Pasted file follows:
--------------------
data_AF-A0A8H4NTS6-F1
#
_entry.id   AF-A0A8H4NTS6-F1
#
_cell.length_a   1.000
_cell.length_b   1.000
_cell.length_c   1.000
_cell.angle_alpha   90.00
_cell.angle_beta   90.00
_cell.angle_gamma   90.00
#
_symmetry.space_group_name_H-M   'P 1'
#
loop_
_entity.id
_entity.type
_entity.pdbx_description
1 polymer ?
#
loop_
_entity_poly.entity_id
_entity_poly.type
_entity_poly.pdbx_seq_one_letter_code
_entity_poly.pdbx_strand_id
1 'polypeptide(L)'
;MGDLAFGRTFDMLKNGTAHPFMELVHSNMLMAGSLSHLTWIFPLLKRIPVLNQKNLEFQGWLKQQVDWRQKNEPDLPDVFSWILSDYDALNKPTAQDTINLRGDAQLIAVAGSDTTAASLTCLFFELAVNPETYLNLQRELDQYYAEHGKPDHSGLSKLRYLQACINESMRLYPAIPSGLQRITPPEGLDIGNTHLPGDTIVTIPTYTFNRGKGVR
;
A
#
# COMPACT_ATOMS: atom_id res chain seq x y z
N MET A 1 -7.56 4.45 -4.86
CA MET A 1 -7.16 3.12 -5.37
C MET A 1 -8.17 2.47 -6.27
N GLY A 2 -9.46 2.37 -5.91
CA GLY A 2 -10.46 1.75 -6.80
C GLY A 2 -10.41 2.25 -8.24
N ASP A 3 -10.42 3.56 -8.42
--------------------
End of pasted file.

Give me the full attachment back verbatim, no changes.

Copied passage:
data_AF-A0A8H4NTS6-F1
#
_entry.id   AF-A0A8H4NTS6-F1
#
_cell.length_a   1.000
_cell.length_b   1.000
_cell.length_c   1.000
_cell.angle_alpha   90.00
_cell.angle_beta   90.00
_cell.angle_gamma   90.00
#
_symmetry.space_group_name_H-M   'P 1'
#
loop_
_entity.id
_entity.type
_entity.pdbx_description
1 polymer ?
#
loop_
_entity_poly.entity_id
_entity_poly.type
_entity_poly.pdbx_seq_one_letter_code
_entity_poly.pdbx_strand_id
1 'polypeptide(L)'
;MGDLAFGRTFDMLKNGTAHPFMELVHSNMLMAGSLSHLTWIFPLLKRIPVLNQKNLEFQGWLKQQVDWRQKNEPDLPDVFSWILSDYDALNKPTAQDTINLRGDAQLIAVAGSDTTAASLTCLFFELAVNPETYLNLQRELDQYYAEHGKPDHSGLSKLRYLQACINESMRLYPAIPSGLQRITPPEGLDIGNTHLPGDTIVTIPTYTFNRGKGVR
;
A
#
# COMPACT_ATOMS: atom_id res chain seq x y z
N MET A 1 -7.56 4.45 -4.86
CA MET A 1 -7.16 3.12 -5.37
C MET A 1 -8.17 2.47 -6.27
N GLY A 2 -9.46 2.37 -5.91
CA GLY A 2 -10.46 1.75 -6.80
C GLY A 2 -10.41 2.25 -8.24
N ASP A 3 -10.42 3.56 -8.42